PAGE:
The via regia appears to be the old road that ran along the foot of the Ochils, parallel to and about half a kilometre north of the turnpike, now the A91. It is interesting to see that the towns along this route like Alva, Tillicoultry and Dollar originally had their centres where this road passed through.
The 1st series of the 1" map (Sheet 39, Stirling) shows sections of the road along its length.

It is hoped to form a "Hillfoots Way" using existing sections of the old road (see Ochils Landscape Partnership). Background details of the road and a description of existing stretches with photos can be found on Jimpson's Links - The Old Statute Labour Road along the Hillfoots

Arringrosk (Arngask)

Charter 22, page 34; see also page 327-8
In this charter of 1527, granting some land to be used for the manse, gardens and buildings of the chaplain serving the church of Arngask, there is mention of a road, viz:

....also two acres of land adjoining the cemetery of the said church on the south side of the same, and on the south side of a certain path or road which goes from the said cemetery to the nearby vill of Arryngrosk, (to be used) for the manse, garden, and buildings of the said lord Willelmi (the priest) and his succesors at the chapel...
.....necnon et duas acras terre continuo adiacentes cemiterio dicte ecclesie ad partem australem eiusdem, et ex parte australi cuiusdam semite seu vie qua itur de dicto cemiterio ad villam de Arryngrosk adiacentes, pro manso, ortis et edificiis dicti domini Willelmi et suorum successorum capellanorum (see also Abstract, page 328)

Although the church and cemetery can be identified, the Military Survey map shows the manse to the south-east of the kirk, close to where Arngask House is now rather than to the north-east as shown on more recent maps. This suggests the path was along this line, though presumably very short.

In the middle ages, the main route from Kinross to the Bridge of Earn and Perth ran through what is now the village of Glenfarg.

St Ninians, Kirktown

Charter 110, page 142

Charter by David, Bishop of St. Andrews, granting to the church of St. Ninian of Kirketoun, in name of endowment, that land which lay near the church, on the north side, between the great road from Stirling to Kirketoun and the footpath leading from the said road to the Bishop's houses near the church 1242 (
Abstract, page 359)
.... concessisse et hac carta nostra confirmasse Deo et ecclesie Sancti Niniani de Kirketoun, nomine dotis, terram illam que iacet prope dictam ecclesiam in parte aquilonari, inter magnam stratam que se extendit de Striueling vsque Kirketoun et semitam que procedit de ilia magna strata et se extendit usque domos episcopi sitas iuxta predictam ecclesiam... (original text, page 142)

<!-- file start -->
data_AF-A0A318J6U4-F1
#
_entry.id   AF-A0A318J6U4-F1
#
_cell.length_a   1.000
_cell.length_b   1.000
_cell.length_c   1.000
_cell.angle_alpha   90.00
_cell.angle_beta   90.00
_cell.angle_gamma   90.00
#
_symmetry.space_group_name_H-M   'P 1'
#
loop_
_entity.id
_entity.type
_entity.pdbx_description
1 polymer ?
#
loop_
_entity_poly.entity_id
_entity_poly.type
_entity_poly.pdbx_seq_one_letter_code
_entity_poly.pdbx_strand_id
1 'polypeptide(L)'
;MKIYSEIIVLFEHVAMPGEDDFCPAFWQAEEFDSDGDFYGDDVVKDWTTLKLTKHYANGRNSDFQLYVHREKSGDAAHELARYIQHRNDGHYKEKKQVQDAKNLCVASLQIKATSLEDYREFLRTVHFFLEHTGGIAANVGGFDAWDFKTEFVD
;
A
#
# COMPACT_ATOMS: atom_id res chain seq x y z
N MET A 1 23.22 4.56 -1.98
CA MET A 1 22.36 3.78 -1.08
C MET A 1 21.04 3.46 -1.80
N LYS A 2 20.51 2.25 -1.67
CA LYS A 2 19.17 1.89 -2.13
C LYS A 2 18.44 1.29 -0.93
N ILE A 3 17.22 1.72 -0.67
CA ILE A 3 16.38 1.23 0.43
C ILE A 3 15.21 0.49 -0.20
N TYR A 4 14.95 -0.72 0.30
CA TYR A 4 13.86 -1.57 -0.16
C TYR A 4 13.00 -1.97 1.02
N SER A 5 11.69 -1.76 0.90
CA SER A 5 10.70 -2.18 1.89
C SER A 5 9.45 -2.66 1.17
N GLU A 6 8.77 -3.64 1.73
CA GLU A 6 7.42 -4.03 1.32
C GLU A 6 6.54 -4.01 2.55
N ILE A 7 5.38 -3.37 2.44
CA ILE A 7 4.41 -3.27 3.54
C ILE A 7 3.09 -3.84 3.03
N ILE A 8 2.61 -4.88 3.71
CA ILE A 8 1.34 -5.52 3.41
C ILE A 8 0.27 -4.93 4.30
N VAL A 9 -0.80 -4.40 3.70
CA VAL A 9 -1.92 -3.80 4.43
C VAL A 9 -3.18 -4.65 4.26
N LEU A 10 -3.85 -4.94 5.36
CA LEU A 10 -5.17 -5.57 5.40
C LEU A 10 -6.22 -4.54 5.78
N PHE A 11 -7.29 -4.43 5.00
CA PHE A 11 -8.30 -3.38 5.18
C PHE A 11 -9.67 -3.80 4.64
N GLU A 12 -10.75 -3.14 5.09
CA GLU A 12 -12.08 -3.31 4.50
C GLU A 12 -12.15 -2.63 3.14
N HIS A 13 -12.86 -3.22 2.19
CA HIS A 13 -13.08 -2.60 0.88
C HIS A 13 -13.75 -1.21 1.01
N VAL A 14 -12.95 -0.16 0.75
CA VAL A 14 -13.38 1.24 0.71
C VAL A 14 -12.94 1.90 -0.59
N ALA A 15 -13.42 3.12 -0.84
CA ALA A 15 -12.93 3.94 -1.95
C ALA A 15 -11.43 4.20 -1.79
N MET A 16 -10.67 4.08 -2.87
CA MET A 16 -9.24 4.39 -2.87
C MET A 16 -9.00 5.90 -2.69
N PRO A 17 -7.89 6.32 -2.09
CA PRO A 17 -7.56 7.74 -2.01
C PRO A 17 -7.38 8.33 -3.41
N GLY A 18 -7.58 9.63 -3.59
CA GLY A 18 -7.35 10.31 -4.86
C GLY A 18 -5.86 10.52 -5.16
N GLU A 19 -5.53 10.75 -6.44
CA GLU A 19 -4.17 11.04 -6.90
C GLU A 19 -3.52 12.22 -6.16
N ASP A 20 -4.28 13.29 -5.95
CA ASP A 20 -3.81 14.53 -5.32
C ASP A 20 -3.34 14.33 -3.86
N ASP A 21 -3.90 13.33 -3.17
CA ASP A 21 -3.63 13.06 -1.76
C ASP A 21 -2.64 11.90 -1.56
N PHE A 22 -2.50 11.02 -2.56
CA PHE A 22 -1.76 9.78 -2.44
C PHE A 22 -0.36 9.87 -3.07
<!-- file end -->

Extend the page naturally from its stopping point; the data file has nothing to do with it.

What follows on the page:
From Adair's map (1685) and the Military Survey (c.1750), both of which show roads, this is very likely to be the old main road shown on the map (a new road runs to the east of this). James Ronald (Landmarks of Old Stirling, 1899, page 151-152) suggests the footpath was the one shown on the above map that led off this road and went to Braehead and Calton - it is now built over (see 25" map, Stirlingshire 017.07, 1897).

De escambio terre de Striuelin
On an exchange of land in Stirling
Register of Dunfermline: Charter 72, page 39. Barrow dated 1165x1174

This charter relates to King William compensating the abbey for encroaching on some of their land when making a park to the south-west of the castle. It mentions a magna strata leading south from Stirling to Cuiltedouenald. G W S Barrow suggests this might have been in St Ninian's parish. The following translation is from Stirling Castle, Eric Stair-Kerr, 1913 page 11/12

"William King of Scots to all good men of his whole realm greeting. Know that I have granted and given and by this charter have confirmed to God and the Church of the Holy Trinity at Dunfermline and the monks there serving God and to the Chapel of my Castle of Stirling in exchange for their land which I formerly included in my park, when I first enclosed my park, the land which is between their land which they have outside the park and the boundary of the land of Kirkton, and on the other side the land which is between Cambusbarron - the land of Peter of Stirling - and the land of Roger, son of Odo, as the highway (magna strata) leads to Cuiltedouenald, as Richard Morville, the constable, Robert Avenel, the justiciar, Ralph the sheriff and Peter of Stirling have marked it out: to be held in perpetual alms. Witnessed by Richard de Morville, constable, Robert Avenel, justiciar, Alan, son of the Steward, Adam, son of Thomas, Roger de Voloniis, Ralph, Sheriff of Stirling, Peter of Stirling, Walter de Berkeley, Richard the clerk, At Stirling."

See also G W S Barrow, RRS II, The Acts of William I, 1971, pps 206/7, 494

Charter 467, page 366

This charter mentions a via regia in Stirling.

Towns (Edinburgh, Berwick, Perth)

Charter 96, page 127 Edinburgh

Mention of Cougait

Page xxiii, Berwick
land in St. Mary's Street in the town of Berwick

Charter 195, page 281 Perth
This concerned a croft of land lying near the place of the Carthusians of Perth on the north side and the common way on the western side.
.....jacentis prope locum Cartusiensium de Perth ex parte boreali et occidentali vie communis